“As a company CCP is I think largely viewed as one of the MMO companies that really genuinely listens to its subscribers – say what you like about recent events – but in the grand scheme of things we listen to our players a lot more than other MMO studios do. Now more than ever.”
The relationship CCP has with its customers is fascinating. For the last nine years, the developers of EVE Online have nurtured their MMO creation into a multicultural boiling pot of online gaming activity. As a science-fiction sandbox gaming environment, there is little wonder that the universe of New Eden attracts such a diverse cross-section of players, from statistics-oriented combat purists to immersion-hungry content-seekers. Understanding and improving on the game experience for every kind of player must be a huge challenge for the developers.
Without access to demographical statistics, it is impossible to know exactly what percentages of players would respond positively to improvements to specific areas of EVE Online, however recent history (ie. the Crucible expansion) has shown that stats-balancing and refinement is a definite winning strategy, especially amongst the null-sec power-blocs. After a developmental own-goal last summer, the communication between CCP and subscriber seems to be once again improving. However, I hope that CCP is not now on the timid path of catering solely to the demands of the loudest voices.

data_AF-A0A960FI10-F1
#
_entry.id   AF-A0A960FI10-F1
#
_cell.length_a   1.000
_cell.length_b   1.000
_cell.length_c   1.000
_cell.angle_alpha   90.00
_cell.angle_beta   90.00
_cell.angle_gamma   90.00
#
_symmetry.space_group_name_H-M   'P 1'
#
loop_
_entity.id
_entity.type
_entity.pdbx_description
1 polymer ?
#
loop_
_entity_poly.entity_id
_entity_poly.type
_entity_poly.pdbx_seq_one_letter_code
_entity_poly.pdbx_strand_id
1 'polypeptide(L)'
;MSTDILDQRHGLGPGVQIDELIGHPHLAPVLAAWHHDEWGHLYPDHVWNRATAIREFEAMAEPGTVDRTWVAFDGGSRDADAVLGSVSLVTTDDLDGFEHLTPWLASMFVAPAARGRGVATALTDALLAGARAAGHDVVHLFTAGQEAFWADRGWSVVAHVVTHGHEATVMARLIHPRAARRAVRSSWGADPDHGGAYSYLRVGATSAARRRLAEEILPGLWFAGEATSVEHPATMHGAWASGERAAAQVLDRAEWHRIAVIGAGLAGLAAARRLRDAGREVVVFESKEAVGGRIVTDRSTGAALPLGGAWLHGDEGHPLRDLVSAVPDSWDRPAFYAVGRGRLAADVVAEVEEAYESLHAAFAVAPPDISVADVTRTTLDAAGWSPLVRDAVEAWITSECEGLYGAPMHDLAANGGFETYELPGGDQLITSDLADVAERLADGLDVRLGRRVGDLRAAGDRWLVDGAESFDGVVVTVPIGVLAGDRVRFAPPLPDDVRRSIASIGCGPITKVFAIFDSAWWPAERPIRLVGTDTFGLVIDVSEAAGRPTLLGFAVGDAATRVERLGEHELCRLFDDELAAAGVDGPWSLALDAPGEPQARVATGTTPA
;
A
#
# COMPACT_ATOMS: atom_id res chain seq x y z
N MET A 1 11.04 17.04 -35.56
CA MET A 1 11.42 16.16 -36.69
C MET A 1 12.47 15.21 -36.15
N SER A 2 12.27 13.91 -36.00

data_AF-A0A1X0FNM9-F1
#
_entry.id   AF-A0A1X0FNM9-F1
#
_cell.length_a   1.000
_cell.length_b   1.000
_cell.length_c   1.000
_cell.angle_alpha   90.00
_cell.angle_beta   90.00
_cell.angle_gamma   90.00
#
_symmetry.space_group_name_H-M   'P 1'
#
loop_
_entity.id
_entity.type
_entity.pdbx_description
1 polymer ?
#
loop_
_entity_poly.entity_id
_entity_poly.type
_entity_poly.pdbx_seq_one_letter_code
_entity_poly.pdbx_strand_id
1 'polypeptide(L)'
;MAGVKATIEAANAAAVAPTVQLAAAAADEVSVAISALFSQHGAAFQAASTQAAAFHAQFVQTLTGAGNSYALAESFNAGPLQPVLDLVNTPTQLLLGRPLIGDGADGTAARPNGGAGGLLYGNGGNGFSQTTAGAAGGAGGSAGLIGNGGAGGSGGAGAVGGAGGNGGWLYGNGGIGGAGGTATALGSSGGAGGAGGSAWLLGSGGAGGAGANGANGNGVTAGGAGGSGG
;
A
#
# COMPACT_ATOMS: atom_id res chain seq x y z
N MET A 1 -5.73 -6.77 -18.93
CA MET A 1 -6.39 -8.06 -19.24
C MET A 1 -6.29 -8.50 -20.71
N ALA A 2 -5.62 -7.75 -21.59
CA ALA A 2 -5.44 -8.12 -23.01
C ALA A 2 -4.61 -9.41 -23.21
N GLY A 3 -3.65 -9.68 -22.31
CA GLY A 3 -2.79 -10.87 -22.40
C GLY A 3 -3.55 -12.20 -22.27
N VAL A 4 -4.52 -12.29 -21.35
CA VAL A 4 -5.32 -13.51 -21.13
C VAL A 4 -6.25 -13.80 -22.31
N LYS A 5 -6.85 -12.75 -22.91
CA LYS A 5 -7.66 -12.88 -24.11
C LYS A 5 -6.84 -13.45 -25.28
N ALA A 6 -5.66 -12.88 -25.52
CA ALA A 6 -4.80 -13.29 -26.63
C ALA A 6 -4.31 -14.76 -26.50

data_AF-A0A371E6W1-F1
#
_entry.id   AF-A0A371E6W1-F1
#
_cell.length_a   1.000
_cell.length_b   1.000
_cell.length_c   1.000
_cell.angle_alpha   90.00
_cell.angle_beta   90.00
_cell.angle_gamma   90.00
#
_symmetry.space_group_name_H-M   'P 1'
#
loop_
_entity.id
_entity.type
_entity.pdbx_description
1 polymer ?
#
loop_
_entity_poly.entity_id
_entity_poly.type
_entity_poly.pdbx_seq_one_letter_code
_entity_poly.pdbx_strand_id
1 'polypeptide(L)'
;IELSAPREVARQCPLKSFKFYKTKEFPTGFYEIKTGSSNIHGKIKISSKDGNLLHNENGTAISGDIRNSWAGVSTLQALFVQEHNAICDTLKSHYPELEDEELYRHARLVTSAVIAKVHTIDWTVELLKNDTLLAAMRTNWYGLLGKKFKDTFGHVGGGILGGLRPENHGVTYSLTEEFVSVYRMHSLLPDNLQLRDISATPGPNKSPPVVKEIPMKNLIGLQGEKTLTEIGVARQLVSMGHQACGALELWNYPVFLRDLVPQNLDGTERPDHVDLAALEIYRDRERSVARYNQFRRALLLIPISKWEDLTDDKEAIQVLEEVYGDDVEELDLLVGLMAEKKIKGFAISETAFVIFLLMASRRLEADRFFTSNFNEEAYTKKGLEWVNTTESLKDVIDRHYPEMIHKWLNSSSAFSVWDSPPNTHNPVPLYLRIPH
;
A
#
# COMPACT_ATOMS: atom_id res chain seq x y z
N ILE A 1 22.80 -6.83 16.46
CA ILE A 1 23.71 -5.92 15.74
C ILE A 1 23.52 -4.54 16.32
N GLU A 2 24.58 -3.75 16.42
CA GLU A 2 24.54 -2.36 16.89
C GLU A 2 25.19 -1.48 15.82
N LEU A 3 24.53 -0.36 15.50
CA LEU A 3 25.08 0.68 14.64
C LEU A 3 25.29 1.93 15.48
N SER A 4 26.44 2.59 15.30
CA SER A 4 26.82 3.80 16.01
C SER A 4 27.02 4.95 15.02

The CSM: Arbiter of the Loudest Voice
The current Council of Stellar Management can rightly claim credit for their part in this improved relationship and they have worked hard to represent the wishes of the EVE players with whom they’ve had contact. Regardless of what critics may say, the CSM system has worked well to bring together an effective team of senior players to liaise with CCP for mutual benefit. Whether this was by accident or design is not important. The simple fact is, they got the job done.
With the elections for seventh CSM term approaching, those same individuals – stamina and desire permitting – are among the strongest contenders for the (now reduced number of) positions on the next council. They have an establish team ethic, have presumably fostered good relationships with CCP staff and they have experience. However, if the elections shake up the status quo, so be it. I’m sure some fresh blood would be useful too.